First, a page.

Scientists at the University of California in Berkeley (United States) have discovered that the brain uses two 'clocks' to make temporary predictions that are found in different parts of that organ.
This study suggests that "there are two different ways" in which those brain systems "allow us not only to exist", but also "actively anticipate the future," explained the specialist who led this research, Assaf Breska, and informs him Science Daily portal.
Thus, one of those internal mechanisms is based on the experiences of the past and is connected to the cerebellum, while the other depends on the rhythm and is connected to the basal ganglia.
The rhythm-based system "is sensitive to periodic events, such as what is innate to speech and music." On the other hand, "the interval system provides a more general anticipatory capacity, sensitive to temporal regularities even in the absence of a rhythmic signal."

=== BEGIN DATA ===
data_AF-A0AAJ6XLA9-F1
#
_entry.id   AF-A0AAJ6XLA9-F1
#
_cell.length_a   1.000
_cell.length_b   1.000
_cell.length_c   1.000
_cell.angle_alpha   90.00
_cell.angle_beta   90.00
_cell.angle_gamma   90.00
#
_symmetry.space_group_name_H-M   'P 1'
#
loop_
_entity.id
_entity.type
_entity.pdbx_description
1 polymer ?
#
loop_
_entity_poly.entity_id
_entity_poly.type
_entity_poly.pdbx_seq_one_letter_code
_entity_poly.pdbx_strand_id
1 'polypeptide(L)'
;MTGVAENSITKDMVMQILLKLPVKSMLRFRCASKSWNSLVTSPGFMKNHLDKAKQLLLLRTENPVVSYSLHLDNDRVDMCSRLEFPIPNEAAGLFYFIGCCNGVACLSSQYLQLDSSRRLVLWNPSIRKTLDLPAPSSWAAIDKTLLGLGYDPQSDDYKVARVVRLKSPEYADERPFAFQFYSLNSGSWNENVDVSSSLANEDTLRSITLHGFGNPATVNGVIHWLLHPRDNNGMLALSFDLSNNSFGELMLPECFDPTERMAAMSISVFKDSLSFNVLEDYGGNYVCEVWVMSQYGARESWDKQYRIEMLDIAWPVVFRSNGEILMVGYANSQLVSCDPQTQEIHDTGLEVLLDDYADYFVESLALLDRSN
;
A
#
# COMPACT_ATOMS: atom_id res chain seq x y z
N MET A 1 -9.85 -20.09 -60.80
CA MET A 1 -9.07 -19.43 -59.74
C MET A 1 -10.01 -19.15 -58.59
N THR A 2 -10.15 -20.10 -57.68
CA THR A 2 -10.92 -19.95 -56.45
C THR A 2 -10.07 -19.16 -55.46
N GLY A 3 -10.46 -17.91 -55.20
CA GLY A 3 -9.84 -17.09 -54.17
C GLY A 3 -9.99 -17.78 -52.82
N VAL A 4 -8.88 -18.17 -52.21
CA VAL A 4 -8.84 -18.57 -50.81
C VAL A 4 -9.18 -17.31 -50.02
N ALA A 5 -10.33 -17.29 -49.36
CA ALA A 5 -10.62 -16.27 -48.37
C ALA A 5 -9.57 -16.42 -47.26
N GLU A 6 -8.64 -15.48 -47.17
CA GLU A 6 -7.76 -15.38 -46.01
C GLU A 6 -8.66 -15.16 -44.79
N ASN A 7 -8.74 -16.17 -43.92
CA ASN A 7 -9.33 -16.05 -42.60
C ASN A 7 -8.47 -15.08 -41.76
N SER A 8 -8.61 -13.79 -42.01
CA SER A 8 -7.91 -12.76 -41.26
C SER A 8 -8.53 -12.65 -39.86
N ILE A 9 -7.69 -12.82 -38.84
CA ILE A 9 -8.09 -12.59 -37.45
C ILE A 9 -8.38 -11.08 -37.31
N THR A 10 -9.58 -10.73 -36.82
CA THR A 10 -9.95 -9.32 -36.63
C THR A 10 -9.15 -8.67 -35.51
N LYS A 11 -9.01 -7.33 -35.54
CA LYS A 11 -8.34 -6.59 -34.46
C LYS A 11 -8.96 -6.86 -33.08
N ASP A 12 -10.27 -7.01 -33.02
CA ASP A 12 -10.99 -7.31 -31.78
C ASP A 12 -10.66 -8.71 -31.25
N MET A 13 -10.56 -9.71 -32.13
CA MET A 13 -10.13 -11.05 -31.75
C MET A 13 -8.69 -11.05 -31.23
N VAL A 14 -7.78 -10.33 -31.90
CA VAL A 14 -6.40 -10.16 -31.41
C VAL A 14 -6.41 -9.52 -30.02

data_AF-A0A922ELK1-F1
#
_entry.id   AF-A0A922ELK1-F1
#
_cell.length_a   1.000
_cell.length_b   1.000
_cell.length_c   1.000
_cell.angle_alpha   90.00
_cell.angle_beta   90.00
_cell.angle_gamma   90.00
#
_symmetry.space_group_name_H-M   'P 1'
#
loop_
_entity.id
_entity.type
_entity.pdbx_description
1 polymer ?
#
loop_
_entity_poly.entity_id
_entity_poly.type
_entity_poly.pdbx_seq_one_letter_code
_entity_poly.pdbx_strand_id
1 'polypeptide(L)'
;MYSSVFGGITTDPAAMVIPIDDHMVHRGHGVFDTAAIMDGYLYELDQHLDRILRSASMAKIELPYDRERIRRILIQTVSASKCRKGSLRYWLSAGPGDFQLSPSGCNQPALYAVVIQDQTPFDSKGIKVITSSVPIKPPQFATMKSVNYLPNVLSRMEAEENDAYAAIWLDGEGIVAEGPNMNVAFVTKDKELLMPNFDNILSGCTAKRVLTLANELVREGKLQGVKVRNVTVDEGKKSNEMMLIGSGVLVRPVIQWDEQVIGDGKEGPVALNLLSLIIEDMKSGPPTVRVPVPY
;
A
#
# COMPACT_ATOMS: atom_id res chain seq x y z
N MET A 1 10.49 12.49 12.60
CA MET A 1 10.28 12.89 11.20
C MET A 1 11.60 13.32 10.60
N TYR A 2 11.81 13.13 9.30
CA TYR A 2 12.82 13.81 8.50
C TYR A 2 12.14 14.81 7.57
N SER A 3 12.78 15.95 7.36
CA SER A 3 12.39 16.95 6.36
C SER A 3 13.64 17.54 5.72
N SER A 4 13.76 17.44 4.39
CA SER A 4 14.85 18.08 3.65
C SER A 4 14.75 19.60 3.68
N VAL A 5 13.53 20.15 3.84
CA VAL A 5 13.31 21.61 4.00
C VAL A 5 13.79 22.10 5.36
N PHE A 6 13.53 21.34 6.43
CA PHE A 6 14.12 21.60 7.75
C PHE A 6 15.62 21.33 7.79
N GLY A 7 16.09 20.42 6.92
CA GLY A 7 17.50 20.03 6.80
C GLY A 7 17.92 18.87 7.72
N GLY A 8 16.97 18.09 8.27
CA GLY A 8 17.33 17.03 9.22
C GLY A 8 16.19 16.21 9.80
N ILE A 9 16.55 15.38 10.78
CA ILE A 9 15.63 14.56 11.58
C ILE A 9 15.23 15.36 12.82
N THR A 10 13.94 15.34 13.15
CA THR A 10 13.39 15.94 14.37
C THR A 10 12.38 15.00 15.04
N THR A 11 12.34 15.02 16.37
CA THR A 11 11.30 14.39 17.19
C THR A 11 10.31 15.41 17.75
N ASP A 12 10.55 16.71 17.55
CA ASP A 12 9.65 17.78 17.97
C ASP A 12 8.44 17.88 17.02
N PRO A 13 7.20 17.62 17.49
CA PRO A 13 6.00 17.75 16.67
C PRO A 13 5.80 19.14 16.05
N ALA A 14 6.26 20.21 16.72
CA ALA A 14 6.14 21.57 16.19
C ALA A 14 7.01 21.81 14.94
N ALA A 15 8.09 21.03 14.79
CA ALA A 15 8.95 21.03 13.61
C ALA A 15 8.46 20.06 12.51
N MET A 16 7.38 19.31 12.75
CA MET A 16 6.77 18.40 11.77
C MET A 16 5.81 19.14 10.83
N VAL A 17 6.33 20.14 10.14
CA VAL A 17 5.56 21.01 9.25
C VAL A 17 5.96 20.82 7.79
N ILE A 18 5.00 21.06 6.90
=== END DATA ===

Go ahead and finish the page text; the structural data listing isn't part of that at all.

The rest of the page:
An example of the first situation would be to move the body before it sounds the first note of the music we expect, while the second one would be illustrated by the fact that stepping on the accelerator pedal a fraction of a second before switching the light at the traffic light .
These findings would challenge the idea that a single brain system handles all our temporary needs and would suggest that if one of those 'neural clocks' fails, the other could take over their tasks.